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Darla Moore School of Business

Moore School professor’s research illustrates trust may not be reliable in financial dealings

Nov. 7, 2019

Darla Moore School of Business international business assistant professor Christopher Yenkey uses a social approach to examine how investment markets are built. Yenkey, who received his Ph.D. in sociology from Cornell University, starts from the assumption that social norms and relationships are an important part of how people come together and begin to exchange.

In his lectures to International MBA and Professional MBA students, Yenkey ties these sociological lessons to the Moore School’s Sonoco Department of International Business, which trains students to understand the complexities of doing business around the world, including at home in South Carolina.

Showcasing the complexities of doing business, one aspect of Yenkey’s research indicates having a trusting relationship with your investment partners may make you more rather than less vulnerable to fraud and other forms of opportunistic misconduct.

Published in Administrative Science Quarterly and the American Journal of Sociology last year, Yenkey’s paper suggests people are actually better off dealing with someone they don’t fully trust because they tend to watch them more closely.

“We have this notion that we transact with people we trust, right?” Yenkey asks. “’I need to build a house — I’ve got to find a contractor I can trust.’ ‘I need to invest some money — I need to find a broker I can trust.’ We have this notion that trust is core in transactions. But that isn’t always true. We transact with people we don’t trust all the time.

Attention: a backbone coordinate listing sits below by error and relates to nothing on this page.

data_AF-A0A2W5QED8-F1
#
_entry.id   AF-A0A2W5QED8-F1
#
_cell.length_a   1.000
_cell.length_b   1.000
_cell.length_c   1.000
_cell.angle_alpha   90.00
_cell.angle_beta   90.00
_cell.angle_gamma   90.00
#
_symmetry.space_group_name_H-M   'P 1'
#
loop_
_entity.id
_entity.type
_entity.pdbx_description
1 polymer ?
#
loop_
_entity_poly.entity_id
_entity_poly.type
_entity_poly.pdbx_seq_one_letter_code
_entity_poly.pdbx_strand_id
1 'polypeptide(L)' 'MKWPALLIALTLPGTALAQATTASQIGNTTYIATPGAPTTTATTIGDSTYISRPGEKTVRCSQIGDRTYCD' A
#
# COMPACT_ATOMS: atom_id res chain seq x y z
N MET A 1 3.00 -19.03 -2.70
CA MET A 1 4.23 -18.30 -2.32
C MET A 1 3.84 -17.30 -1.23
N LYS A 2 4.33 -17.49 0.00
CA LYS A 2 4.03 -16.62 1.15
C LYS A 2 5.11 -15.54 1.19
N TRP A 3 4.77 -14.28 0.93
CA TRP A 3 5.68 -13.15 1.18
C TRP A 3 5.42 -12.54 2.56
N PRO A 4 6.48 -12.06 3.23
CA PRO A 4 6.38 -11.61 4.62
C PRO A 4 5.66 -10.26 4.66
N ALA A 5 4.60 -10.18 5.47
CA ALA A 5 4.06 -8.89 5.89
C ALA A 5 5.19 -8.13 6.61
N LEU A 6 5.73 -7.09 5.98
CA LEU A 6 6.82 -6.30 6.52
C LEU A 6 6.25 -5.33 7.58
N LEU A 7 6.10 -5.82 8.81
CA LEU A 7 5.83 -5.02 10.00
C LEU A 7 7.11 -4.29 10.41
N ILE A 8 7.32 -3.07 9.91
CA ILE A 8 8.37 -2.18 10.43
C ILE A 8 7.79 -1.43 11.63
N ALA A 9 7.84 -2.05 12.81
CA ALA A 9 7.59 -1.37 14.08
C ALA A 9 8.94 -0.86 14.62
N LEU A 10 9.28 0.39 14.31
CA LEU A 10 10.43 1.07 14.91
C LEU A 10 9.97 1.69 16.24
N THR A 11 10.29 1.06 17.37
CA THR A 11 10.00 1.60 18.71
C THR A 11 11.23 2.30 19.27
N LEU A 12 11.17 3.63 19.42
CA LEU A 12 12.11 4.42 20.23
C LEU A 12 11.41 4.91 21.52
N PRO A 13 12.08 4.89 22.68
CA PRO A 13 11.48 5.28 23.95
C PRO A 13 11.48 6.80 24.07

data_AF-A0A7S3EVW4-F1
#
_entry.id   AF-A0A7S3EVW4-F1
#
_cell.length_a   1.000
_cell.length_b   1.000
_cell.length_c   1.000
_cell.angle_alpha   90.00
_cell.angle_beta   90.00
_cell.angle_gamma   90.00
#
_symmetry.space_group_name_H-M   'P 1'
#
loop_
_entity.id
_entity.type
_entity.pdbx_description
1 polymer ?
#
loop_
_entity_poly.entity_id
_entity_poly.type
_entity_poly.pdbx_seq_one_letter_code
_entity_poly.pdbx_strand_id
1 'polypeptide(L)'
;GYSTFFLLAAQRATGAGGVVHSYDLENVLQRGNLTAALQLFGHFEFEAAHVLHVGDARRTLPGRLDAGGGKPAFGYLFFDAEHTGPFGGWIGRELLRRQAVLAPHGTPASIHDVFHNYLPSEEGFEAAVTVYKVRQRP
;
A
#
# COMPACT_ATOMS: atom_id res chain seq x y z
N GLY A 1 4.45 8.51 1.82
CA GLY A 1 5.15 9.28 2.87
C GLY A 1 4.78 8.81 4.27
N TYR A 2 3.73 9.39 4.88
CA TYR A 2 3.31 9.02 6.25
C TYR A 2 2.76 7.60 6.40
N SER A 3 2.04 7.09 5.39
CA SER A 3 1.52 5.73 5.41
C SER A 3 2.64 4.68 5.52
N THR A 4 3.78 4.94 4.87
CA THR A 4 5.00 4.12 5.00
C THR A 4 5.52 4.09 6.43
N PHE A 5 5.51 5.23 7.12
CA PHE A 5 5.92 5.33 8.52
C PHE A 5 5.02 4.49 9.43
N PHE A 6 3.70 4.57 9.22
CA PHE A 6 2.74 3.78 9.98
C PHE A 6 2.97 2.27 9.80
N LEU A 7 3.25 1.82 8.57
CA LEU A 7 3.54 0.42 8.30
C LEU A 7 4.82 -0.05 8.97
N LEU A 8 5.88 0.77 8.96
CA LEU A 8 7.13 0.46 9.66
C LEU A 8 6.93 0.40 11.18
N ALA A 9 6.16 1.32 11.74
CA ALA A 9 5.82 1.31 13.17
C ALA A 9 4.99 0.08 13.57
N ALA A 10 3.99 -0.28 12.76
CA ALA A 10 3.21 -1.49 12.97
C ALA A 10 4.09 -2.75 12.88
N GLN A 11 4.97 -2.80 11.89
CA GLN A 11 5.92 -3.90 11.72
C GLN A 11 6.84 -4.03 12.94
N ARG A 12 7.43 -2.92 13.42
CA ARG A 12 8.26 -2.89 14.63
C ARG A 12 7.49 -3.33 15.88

“If we transact with people we trust and don’t trust, then a good question to ask is if the trusting relationship is actually better for us. I find the opposite, that we can be treated better by people who know we don’t trust them. They are the ones who know we’re keeping an eye on them and that prevents them from taking advantage of us.”

Yenkey’s background in sociology directs his research in a different way than the typical mainstream economist, who typically believe that markets are a natural phenomenon, he said.

A typical economist “would argue that most of the necessary information for making a decision about what to buy or sell is captured by a price,” he said. “A social approach looks for how relationships and norms help people decide what goods or services should be traded and what a fair price for them is.”

Yenkey demonstrated how social dynamics can change markets in a long-term study of the development of Kenya’s emerging stock market, the Nairobi Securities Exchange. Kenya was an ideal setting for this kind of work, as Kenyan politics and businesses are strongly influenced by membership in ethnic tribes, Yenkey said.

After publishing research on how ethnic relationships influence the decision to invest in the stock market initially, Yenkey turned his attention to explaining how those same relationships affected investors’ likelihood of being defrauded by a corrupt stockbroker and whether or not fraud victims keep investing.